Every once in a while, you get in your car and drive out of town and wind up in a place you never thought you’d find yourself. It all starts with a certain degree of familiarity, but soon enough you’re on a path you couldn’t have imagined or known
It’s when you get out of the car and stand and walk among the giants that live along Northern California’s coastal mountains that you find trees that make everything else seem minute and meaningless. They tower up to 350 feet tall and they shelter up to 1700 species. They hover and they protect. They aspire and they drink. They stand tall with integrity, until they can’t any more.
The trunk of a redwood is made to withstand the wind, until it’s roots give way. They don’t have a deep root structure, but the roots can spread 100 feet. Thus, they have a good center of gravity, remaining stable and sturdy until they can’t drink more and their roots become weak. Then, they lose hold of the ground and their grip falters. The next high wind catches their top and pushes them into another tree, or another tree falls taking them down with it.
A tree only partially fallen will still survive and continue growing out of the part of itself that has fallen. It is so filled with tannins that the insects can’t and don’t eat it. The great trees drink and drink and drink, up to 100 gallons per day. And, then they turn around and give back up to 500 gallons of water into the atmosphere. They withstand an incredible amount of abuse, even extensive fires. They stay focused on the sky.
They don’t lean on another tree unless they are injured. What looks like dereliction and waste is aging and decaying and breaking down. It is a dynamic process. What is left is used and reused and incorporated with the next need. There is nothing wasted, nothing is left out of the process.
In comparison to the redwoods and the animals we’ve observed along our journey, we’ve seen places where humans have altered, meddled, muttered, sold, twisted, shaped, extracted, taken, bought, owned, parlayed, and moved, all in the name of progress.
And, what of our human-ness, or our role in the family, is there something we can learn about sustaining it? How can we go about our day, our life, our humanity, with some sense of using and replacing and symbiosis, so that there is some sense of the ebb and flow that naturally to this life?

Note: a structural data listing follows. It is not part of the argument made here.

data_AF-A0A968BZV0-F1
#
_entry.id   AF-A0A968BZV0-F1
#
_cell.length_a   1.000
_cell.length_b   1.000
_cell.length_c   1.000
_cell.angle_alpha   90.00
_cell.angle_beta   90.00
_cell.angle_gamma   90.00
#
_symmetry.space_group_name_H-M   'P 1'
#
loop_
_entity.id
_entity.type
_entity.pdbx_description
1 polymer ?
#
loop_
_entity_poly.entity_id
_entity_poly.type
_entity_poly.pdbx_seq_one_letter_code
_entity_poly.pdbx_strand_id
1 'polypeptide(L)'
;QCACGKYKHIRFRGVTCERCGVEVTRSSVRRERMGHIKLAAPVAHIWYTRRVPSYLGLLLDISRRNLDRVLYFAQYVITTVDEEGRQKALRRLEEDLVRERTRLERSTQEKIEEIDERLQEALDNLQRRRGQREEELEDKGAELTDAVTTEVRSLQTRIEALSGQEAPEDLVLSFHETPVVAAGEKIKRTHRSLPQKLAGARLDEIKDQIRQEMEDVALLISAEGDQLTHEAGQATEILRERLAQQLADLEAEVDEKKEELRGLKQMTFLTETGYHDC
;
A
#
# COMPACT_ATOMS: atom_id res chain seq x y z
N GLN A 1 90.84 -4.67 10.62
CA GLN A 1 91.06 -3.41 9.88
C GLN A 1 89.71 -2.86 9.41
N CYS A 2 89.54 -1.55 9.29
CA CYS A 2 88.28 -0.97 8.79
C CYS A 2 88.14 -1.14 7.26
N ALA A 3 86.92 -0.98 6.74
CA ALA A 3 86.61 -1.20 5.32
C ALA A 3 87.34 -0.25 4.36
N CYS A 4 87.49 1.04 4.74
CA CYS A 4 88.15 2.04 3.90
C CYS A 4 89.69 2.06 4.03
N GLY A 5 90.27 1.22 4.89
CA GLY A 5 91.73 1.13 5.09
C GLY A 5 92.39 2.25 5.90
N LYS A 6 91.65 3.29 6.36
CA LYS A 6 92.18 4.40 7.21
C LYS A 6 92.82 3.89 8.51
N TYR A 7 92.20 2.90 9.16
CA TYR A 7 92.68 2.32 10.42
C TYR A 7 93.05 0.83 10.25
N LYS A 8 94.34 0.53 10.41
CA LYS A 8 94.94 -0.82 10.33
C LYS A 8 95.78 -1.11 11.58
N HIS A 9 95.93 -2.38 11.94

For my own part, I had no idea I was raised by a conservationist until we drove down the northern California coast right into the Mendocino Headlands, saved in 1971 by two women who knew that if the area wasn’t protected it would be built on by an overly eager developer who saw a chance to make a dollar. Thinking back, I remember my father preaching the rules of being in the out of doors. He said we should not litter, that we should take things out with us even if we didn’t bring them in, and we should always, always, always leave a place better than when we found it. Hmmm, could that be my penchant for picking up the litter and organizing a clean-up in my business neighborhood?
And as the road winds up and down over the mountains and valleys, my thoughts follow in their own up and down pattern. Connecting this to that and the other thing to that thing from long, long ago. Such is the way of learning. We see, we observe, we take in, we incorporate, assimilate, integrate. And, somehow, if we’re lucky, something in our pattern changes and we find ourselves more comfortable, with less struggling, less of whatever is too much and more of what is not enough. Here’s to the learning.